‘Tis the season to practice energy efficiencyTaking energy efficiency seriously this holiday season can be the start of an energy- and money-saving tradition for many holidays to come. The Minnesota Department of Commerce, Division of Energy Resources suggests replacing traditional incandescent decorative lights with high-efficient LED bulbs, one of many ways to conserve energy during the holidays.
Taking energy efficiency seriously this holiday season can be the start of an energy- and money-saving tradition for many holidays to come. The Minnesota Department of Commerce, Division of Energy Resources suggests replacing traditional incandescent decorative lights with high-efficient LED bulbs, one of many ways to conserve energy during the holidays.
“Consumers can lift their holiday spirits by reducing electric and heating bills,” said Commerce Commissioner Mike Rothman. “Whether purchasing holiday lights or gifting an appliance or electronic device, look for the ENERGY STAR® label to ensure that the product meets energy-efficiency requirements and to reduce energy loads for years to come.”
LEDs offer many advantages
ENERGY STAR-qualified LED decorative lights are exceptionally energy efficient, many using up to 90 percent less energy than an incandescent bulb to produce the same amount of light. For example, the electricity consumed by just one 7-watt incandescent bulb could power 140 LEDs—or enough to power two 24-foot strings.
The DOE estimates the cost of buying and operating LED lights for 10 holiday seasons would be $17.99 compared with $122.19 for incandescent bulbs. In addition to consuming less electricity and costing less, LED holiday lights are:
· Safer. LEDs are much cooler than incandescent, reducing the risk of combustion or burnt fingers.
· Sturdier. LEDs are made with epoxy lenses, not glass, and are much more resistant to breakage.
· Longer lasting. The same LED string could be in use for 40 holiday seasons.
· Easier to install. Up to 25 strings of LEDs can be connected end-to-end without overloading a wall socket.
Timers and dimmers for those holiday lights will help conserve even more energy. Watch for rebates that will help defray the cost of LEDs and other energy-efficient lighting products; many electric utilities offer rebates for LEDs (visit www.dsireusa.org). Also, keep watch for post-holiday sales on LEDs and other ENERGY STAR decorative lighting. And be sure to recycle your old holiday lights. Check out the Clean Energy Resource Teams website to find out where you can recycle old lights in Minnesota.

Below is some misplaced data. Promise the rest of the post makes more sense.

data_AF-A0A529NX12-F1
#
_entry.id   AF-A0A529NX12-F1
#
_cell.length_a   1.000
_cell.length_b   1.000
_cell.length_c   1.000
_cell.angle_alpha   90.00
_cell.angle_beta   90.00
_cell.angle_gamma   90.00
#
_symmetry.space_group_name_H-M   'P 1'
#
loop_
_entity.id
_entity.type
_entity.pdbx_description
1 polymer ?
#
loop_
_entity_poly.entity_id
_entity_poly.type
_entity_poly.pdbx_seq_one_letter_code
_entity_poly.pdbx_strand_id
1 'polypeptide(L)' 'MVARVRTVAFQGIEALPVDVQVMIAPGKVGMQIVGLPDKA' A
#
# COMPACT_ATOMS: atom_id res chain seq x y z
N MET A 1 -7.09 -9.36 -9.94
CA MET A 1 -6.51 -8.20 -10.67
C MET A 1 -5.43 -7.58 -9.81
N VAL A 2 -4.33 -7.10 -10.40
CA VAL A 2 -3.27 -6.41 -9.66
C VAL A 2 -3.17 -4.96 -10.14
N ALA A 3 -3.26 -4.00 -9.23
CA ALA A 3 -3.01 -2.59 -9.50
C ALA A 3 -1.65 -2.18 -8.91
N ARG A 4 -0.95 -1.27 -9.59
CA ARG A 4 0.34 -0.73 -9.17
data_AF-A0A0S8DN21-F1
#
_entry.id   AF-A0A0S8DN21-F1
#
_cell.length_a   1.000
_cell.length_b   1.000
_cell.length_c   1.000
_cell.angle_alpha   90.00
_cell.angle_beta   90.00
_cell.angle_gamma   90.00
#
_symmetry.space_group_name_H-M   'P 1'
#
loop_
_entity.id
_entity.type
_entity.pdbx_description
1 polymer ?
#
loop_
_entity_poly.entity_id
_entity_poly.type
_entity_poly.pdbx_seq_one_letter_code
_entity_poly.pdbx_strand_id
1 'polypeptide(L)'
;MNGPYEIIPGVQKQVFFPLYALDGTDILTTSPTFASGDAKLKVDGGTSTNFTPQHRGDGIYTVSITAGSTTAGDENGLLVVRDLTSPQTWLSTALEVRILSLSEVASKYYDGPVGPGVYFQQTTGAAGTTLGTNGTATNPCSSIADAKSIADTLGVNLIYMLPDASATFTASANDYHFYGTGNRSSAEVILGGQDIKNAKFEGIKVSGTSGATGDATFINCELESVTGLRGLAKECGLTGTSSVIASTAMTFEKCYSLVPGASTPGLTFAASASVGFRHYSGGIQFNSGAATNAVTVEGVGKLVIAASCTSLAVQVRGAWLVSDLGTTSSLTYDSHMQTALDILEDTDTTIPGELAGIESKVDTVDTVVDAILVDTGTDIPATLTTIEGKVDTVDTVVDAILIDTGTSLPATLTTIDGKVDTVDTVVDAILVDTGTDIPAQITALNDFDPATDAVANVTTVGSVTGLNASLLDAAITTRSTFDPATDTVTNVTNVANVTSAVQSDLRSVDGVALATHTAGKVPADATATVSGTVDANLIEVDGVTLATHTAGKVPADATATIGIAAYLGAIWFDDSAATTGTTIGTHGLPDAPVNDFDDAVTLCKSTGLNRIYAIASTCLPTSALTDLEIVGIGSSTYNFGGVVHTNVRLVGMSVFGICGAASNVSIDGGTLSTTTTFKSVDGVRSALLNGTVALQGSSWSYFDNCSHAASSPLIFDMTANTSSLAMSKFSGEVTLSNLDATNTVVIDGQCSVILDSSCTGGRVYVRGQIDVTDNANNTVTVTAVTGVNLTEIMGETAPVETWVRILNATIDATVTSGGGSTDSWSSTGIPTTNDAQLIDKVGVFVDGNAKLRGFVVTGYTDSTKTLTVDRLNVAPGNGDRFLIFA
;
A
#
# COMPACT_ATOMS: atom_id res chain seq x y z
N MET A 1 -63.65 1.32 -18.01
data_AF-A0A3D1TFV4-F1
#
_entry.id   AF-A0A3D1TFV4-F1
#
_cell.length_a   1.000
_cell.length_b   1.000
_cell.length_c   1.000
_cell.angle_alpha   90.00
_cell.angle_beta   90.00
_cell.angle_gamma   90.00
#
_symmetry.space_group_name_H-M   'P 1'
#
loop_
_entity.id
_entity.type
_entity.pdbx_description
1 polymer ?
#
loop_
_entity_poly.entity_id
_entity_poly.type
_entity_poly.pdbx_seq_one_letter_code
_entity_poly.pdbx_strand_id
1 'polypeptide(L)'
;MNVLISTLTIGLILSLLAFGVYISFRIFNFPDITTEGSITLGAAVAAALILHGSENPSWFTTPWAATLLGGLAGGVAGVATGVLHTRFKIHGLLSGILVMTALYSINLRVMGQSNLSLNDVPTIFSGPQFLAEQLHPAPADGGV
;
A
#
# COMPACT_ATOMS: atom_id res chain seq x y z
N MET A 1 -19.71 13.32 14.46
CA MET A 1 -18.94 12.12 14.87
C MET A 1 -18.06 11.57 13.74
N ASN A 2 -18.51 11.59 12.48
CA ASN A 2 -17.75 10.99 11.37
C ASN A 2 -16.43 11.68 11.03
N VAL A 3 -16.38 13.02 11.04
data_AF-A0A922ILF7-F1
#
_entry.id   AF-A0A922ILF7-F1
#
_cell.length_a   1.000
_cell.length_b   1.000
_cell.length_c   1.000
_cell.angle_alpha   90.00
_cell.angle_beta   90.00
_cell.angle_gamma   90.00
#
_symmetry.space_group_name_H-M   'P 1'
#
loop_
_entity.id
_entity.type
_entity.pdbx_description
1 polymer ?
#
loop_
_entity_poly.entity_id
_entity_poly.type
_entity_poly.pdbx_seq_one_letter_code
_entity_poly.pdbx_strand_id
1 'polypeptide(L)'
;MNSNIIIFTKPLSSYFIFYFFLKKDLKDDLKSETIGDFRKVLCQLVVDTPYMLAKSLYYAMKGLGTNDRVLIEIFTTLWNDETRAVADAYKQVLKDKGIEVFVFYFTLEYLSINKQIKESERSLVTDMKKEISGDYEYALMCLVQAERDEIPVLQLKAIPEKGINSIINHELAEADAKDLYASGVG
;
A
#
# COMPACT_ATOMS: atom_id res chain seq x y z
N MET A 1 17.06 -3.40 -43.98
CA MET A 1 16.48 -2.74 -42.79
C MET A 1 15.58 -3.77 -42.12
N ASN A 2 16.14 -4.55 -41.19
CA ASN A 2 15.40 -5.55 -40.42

Other holiday energy-saving suggestions
There are many other ways to practice energy conservation during the holidays:
· Buy energy-efficient gifts, such as ENERGY STAR TVs, refrigerators, and computers that are environmentally friendly and will save energy for many years. Search the Internet for “eco-friendly gift,” “energy-efficient gift,” or “solar-powered gift” ideas.
· Consider recyclable gift wrap options, such as newspaper and magazine pages. And be sure to recycle your gift wrap.
· Turn down your thermostat if you’re going to be away from home for an extended period of time; install a programmable thermostat to control the heating and cooling of your home year-round.
· Entertain efficiently. When guests arrive, turn down your thermostat, because the combination of the stove, hot food, and warm bodies will help keep your house comfortable.
· Close your fireplace damper when a fire is not in use and install airtight doors to prevent warm air from escaping.
ENERGY STAR is a program of the U.S. Environmental Protection Agency and the U.S. Department of Energy (DOE) that helps save money and protects the environment through energy-efficient products and practices. It makes sure that appliances, lighting and electronics are using less energy than their older, energy-hog counterparts.
For more energy-saving holiday tips, visit the DOE Energy Saver website at www.energysavers.gov. For more information on energy efficiency and energy conservation, visit the Department of Commerce Division of Energy Resources website and check out two consumer energy guides: “Home Envelope” and “Appliances, Lighting, Electronics.”